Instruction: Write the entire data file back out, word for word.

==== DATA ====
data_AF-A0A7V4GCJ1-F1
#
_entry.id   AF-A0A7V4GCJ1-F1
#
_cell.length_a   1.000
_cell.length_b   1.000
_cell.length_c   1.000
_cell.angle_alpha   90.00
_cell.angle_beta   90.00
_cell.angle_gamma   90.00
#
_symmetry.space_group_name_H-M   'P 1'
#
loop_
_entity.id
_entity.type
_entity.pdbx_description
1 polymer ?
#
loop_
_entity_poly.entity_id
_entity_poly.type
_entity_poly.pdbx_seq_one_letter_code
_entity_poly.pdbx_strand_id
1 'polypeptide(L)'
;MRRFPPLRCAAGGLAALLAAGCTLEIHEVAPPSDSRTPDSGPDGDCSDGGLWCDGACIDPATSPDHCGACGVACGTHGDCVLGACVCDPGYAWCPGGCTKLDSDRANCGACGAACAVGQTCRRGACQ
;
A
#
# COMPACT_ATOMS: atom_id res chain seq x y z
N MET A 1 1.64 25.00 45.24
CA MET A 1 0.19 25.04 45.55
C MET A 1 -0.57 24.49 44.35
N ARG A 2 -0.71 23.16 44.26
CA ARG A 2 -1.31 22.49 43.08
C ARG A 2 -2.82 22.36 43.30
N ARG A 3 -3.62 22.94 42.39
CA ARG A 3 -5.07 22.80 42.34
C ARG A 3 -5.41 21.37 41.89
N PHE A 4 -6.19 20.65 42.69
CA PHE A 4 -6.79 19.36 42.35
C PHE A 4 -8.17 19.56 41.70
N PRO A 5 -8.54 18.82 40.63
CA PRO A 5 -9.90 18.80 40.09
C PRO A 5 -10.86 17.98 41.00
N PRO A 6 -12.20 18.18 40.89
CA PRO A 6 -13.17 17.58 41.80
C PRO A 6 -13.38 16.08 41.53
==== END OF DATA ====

data_AF-A0A7V4GCJ1-F1
#
_entry.id   AF-A0A7V4GCJ1-F1
#
_cell.length_a   1.000
_cell.length_b   1.000
_cell.length_c   1.000
_cell.angle_alpha   90.00
_cell.angle_beta   90.00
_cell.angle_gamma   90.00
#
_symmetry.space_group_name_H-M   'P 1'
#
loop_
_entity.id
_entity.type
_entity.pdbx_description
1 polymer ?
#
loop_
_entity_poly.entity_id
_entity_poly.type
_entity_poly.pdbx_seq_one_letter_code
_entity_poly.pdbx_strand_id
1 'polypeptide(L)'
;MRRFPPLRCAAGGLAALLAAGCTLEIHEVAPPSDSRTPDSGPDGDCSDGGLWCDGACIDPATSPDHCGACGVACGTHGDCVLGACVCDPGYAWCPGGCTKLDSDRANCGACGAACAVGQTCRRGACQ
;
A
#
# COMPACT_ATOMS: atom_id res chain seq x y z
N MET A 1 1.64 25.00 45.24
CA MET A 1 0.19 25.04 45.55
C MET A 1 -0.57 24.49 44.35
N ARG A 2 -0.71 23.16 44.26
CA ARG A 2 -1.31 22.49 43.08
C ARG A 2 -2.82 22.36 43.30
N ARG A 3 -3.62 22.94 42.39
CA ARG A 3 -5.07 22.80 42.34
C ARG A 3 -5.41 21.37 41.89
N PHE A 4 -6.19 20.65 42.69
CA PHE A 4 -6.79 19.36 42.35
C PHE A 4 -8.17 19.56 41.70
N PRO A 5 -8.54 18.82 40.63
CA PRO A 5 -9.90 18.80 40.09
C PRO A 5 -10.86 17.98 41.00
N PRO A 6 -12.20 18.18 40.89
CA PRO A 6 -13.17 17.58 41.80
C PRO A 6 -13.38 16.08 41.53